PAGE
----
Adults with ADHD: Preparing for Next Year's Taxes
Let's face it, doing your taxes isn't any fun. It is a boring task and for adults with ADHD, boring tasks usually end up being put off, sometimes indefinitely. Even the thought of receiving a refund may not be enough motivation to get you through the mundane chore of gathering paperwork and completing all the forms.
Throughout this month, I have posted several different articles to help you with your taxes:
Now, when taxes, refunds and money management are high priorities in your life, it is time to look forward to next year and begin implementing some changes to make sure you don't pay any more taxes than you need to.
Below are five ways to start planning for next year's taxes:
Job Search Expenses
With the unemployment at a high rate, many of you may spend time over the next year looking for work. According to the Wall Street Journal, some job-search expenses can be tax deductible. For example, you may be able to deduct expenses for someone to prepare your resume or traveling to look for work. The article in the WSJ explains, " You can't deduct job-search costs if you're looking for a job for the first time -- or if there was a "substantial break" between the time you left your old job and began looking for a new one." Make sure you track your expenses and keep receipts of mileage journals.
If you don't yet have a retirement plan set up, this may be a good time to do so. Contributions to qualified retirement plans are not subject to federal income taxes and may not be subject to state income taxes as well. If your employer matches contributions, that is even better as your money will grow, tax-deferred, even quicker. If you are already contributing to a retirement fund, decide whether you can increase your contribution rate for the upcoming year.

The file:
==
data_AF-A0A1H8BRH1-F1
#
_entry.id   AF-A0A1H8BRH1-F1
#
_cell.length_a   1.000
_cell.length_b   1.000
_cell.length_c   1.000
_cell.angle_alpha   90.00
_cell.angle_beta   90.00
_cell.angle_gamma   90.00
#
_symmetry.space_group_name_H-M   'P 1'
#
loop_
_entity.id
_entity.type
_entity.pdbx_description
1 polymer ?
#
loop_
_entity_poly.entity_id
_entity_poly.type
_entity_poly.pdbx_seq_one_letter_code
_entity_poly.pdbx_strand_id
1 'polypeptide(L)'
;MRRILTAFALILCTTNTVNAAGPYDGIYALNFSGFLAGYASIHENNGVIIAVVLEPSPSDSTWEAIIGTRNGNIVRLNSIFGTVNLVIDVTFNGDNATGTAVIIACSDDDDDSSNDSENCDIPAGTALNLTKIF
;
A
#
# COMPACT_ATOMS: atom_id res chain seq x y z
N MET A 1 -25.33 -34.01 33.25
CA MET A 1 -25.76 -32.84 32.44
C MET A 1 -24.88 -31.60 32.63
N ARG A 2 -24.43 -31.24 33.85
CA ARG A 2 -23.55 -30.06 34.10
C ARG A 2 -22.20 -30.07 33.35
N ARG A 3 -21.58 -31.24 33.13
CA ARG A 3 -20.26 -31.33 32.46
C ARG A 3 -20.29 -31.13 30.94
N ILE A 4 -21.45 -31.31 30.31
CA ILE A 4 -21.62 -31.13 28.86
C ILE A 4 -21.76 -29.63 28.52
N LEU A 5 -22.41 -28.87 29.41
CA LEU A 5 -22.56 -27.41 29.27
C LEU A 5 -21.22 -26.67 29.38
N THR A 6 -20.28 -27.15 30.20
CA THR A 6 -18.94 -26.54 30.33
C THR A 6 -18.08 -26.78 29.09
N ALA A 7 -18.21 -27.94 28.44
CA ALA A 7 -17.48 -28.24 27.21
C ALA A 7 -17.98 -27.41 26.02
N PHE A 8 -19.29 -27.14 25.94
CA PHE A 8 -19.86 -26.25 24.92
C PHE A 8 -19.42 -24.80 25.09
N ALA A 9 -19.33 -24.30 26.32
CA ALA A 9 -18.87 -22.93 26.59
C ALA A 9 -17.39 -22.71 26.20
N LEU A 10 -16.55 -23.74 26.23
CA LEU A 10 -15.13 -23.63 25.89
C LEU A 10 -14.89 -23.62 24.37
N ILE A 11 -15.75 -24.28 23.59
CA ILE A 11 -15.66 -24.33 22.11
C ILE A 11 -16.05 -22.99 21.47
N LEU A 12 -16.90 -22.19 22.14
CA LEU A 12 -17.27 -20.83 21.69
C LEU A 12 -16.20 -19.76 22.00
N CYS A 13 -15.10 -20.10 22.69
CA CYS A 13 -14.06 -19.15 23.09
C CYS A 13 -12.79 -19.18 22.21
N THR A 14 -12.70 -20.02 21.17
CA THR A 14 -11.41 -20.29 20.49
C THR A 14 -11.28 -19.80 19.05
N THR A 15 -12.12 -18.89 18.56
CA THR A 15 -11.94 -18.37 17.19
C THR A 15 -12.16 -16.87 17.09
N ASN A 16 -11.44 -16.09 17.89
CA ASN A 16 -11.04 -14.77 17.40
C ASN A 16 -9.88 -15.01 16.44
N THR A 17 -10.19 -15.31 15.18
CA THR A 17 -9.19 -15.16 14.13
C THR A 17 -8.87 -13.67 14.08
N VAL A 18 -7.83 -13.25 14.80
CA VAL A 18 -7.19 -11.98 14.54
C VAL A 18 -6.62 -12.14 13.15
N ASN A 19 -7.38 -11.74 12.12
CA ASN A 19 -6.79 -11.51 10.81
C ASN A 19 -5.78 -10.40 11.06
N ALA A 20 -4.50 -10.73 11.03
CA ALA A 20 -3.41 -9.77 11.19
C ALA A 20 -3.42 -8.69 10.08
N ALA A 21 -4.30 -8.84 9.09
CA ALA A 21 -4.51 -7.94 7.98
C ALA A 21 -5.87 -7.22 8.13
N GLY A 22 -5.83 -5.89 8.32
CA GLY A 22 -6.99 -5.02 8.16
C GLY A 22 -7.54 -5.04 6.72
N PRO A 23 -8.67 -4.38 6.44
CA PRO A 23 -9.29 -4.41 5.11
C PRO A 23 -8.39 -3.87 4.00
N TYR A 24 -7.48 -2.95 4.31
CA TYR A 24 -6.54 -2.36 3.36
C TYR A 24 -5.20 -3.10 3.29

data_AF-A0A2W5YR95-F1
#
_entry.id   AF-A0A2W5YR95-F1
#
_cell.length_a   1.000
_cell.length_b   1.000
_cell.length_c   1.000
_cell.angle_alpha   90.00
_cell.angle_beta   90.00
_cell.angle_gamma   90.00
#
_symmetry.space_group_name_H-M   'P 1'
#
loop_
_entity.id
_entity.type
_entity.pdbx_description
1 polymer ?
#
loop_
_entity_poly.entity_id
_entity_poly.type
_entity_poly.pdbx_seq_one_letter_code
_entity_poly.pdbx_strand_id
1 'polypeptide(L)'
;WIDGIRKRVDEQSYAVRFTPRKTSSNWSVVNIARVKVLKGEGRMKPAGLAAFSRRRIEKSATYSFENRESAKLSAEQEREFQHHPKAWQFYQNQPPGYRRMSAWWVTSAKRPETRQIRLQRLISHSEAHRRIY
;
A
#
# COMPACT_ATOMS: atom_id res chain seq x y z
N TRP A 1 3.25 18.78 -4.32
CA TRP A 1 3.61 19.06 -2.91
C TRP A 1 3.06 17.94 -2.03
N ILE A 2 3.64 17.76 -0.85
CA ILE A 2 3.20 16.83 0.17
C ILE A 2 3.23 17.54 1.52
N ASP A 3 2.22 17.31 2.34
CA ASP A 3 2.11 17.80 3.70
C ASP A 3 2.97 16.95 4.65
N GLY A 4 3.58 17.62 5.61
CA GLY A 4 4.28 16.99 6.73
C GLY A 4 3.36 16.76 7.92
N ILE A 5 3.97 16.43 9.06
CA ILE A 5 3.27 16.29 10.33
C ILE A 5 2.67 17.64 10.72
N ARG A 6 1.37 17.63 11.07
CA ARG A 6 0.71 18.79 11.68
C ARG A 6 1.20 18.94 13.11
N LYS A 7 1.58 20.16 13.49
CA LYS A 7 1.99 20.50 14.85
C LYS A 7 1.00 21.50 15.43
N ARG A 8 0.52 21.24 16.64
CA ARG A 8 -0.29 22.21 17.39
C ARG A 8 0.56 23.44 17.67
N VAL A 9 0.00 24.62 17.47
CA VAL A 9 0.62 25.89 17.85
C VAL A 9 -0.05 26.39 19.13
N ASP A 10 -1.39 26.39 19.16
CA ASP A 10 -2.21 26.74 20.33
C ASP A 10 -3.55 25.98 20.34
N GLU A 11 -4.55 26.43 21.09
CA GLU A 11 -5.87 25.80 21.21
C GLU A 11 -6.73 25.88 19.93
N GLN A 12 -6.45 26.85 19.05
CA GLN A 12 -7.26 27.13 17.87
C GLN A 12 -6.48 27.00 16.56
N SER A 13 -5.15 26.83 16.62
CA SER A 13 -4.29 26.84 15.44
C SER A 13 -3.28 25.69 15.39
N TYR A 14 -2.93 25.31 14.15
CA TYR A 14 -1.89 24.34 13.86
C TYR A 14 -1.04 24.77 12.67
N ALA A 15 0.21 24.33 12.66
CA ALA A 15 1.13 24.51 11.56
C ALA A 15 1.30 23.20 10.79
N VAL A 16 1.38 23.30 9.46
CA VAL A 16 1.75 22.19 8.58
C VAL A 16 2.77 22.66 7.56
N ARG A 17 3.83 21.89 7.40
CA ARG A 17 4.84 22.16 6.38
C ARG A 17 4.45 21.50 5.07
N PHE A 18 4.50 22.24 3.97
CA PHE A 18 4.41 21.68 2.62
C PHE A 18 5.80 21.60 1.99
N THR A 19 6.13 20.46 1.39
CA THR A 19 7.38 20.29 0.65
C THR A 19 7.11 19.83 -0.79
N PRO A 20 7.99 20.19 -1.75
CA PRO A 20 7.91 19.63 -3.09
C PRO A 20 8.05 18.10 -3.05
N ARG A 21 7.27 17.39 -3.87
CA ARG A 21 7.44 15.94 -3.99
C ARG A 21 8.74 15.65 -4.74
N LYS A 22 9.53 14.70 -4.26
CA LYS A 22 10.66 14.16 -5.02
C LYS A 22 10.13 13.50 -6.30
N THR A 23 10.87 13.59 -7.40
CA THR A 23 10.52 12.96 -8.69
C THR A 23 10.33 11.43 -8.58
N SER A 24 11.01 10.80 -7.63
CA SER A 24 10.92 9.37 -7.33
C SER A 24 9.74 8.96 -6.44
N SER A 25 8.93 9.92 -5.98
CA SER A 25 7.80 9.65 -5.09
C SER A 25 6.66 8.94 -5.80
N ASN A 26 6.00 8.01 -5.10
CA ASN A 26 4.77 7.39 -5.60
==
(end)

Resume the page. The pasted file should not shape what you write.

The money placed into one of these accounts are pre-tax and when spent on qualified medical expenses, you won't ever pay taxes on the money.
Giving items away to qualified organizations, such as Goodwill or Salvation Army are considered charitable contributions When you go on a organizing spree and start throwing away those things you no longer want, haul them off to one of these stores and ask for a receipt for your items. The IRS provides guidelines for reasonable amounts to deduct for many common household items.
Adjust Tax Payments in Your Paycheck
As you complete your taxes this year, pay attention to the end result. If you a re receiving a large refund, you may be paying too much in taxes each payday. Ask your employer human resources department for a copy of your tax worksheet. You may want to adjust your dependents so that you receive more money in your paycheck throughout the year. The opposite is also true, if you owe money, you may want to have more money taken out of your paycheck so you aren't saddled with a large tax bill next April.
Publication 526: Charitable Contributions, 2009, Internal Revenue Service
Publication 590: Individual Retirement Arrangements, 2009, Internal Revenue Service
Publication 4703: Retirement Contributions Credit, 2009, Internal Revenue Service